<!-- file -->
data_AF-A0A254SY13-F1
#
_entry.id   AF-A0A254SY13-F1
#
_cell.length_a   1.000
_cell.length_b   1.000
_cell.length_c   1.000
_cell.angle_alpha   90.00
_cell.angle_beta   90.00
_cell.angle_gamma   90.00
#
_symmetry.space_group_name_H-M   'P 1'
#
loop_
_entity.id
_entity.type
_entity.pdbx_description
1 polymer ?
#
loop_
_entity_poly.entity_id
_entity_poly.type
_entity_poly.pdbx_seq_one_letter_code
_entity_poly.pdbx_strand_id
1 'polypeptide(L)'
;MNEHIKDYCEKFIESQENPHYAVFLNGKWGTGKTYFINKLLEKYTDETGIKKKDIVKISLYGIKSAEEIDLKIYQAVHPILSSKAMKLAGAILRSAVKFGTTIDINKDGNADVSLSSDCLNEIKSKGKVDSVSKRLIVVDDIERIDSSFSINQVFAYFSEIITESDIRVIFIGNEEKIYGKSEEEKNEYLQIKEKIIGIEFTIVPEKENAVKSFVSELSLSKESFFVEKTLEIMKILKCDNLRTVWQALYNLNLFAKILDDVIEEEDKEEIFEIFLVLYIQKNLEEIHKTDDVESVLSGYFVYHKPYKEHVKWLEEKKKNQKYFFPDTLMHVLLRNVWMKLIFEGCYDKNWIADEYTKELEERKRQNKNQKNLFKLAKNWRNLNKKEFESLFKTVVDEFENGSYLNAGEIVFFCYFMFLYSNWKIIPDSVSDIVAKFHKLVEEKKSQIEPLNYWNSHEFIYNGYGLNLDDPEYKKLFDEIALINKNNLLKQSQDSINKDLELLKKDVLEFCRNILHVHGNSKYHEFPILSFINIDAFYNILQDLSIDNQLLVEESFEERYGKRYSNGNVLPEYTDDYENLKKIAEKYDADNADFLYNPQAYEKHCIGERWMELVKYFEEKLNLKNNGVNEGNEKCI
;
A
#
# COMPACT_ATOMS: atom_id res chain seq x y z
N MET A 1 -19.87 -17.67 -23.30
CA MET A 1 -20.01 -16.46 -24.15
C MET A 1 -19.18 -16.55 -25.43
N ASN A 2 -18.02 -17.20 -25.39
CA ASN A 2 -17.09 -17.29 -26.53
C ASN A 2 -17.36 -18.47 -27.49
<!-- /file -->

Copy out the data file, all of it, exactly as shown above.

data_AF-A0A254SY13-F1
#
_entry.id   AF-A0A254SY13-F1
#
_cell.length_a   1.000
_cell.length_b   1.000
_cell.length_c   1.000
_cell.angle_alpha   90.00
_cell.angle_beta   90.00
_cell.angle_gamma   90.00
#
_symmetry.space_group_name_H-M   'P 1'
#
loop_
_entity.id
_entity.type
_entity.pdbx_description
1 polymer ?
#
loop_
_entity_poly.entity_id
_entity_poly.type
_entity_poly.pdbx_seq_one_letter_code
_entity_poly.pdbx_strand_id
1 'polypeptide(L)'
;MNEHIKDYCEKFIESQENPHYAVFLNGKWGTGKTYFINKLLEKYTDETGIKKKDIVKISLYGIKSAEEIDLKIYQAVHPILSSKAMKLAGAILRSAVKFGTTIDINKDGNADVSLSSDCLNEIKSKGKVDSVSKRLIVVDDIERIDSSFSINQVFAYFSEIITESDIRVIFIGNEEKIYGKSEEEKNEYLQIKEKIIGIEFTIVPEKENAVKSFVSELSLSKESFFVEKTLEIMKILKCDNLRTVWQALYNLNLFAKILDDVIEEEDKEEIFEIFLVLYIQKNLEEIHKTDDVESVLSGYFVYHKPYKEHVKWLEEKKKNQKYFFPDTLMHVLLRNVWMKLIFEGCYDKNWIADEYTKELEERKRQNKNQKNLFKLAKNWRNLNKKEFESLFKTVVDEFENGSYLNAGEIVFFCYFMFLYSNWKIIPDSVSDIVAKFHKLVEEKKSQIEPLNYWNSHEFIYNGYGLNLDDPEYKKLFDEIALINKNNLLKQSQDSINKDLELLKKDVLEFCRNILHVHGNSKYHEFPILSFINIDAFYNILQDLSIDNQLLVEESFEERYGKRYSNGNVLPEYTDDYENLKKIAEKYDADNADFLYNPQAYEKHCIGERWMELVKYFEEKLNLKNNGVNEGNEKCI
;
A
#
# COMPACT_ATOMS: atom_id res chain seq x y z
N MET A 1 -19.87 -17.67 -23.30
CA MET A 1 -20.01 -16.46 -24.15
C MET A 1 -19.18 -16.55 -25.43
N ASN A 2 -18.02 -17.20 -25.39
CA ASN A 2 -17.09 -17.29 -26.53
C ASN A 2 -17.36 -18.47 -27.49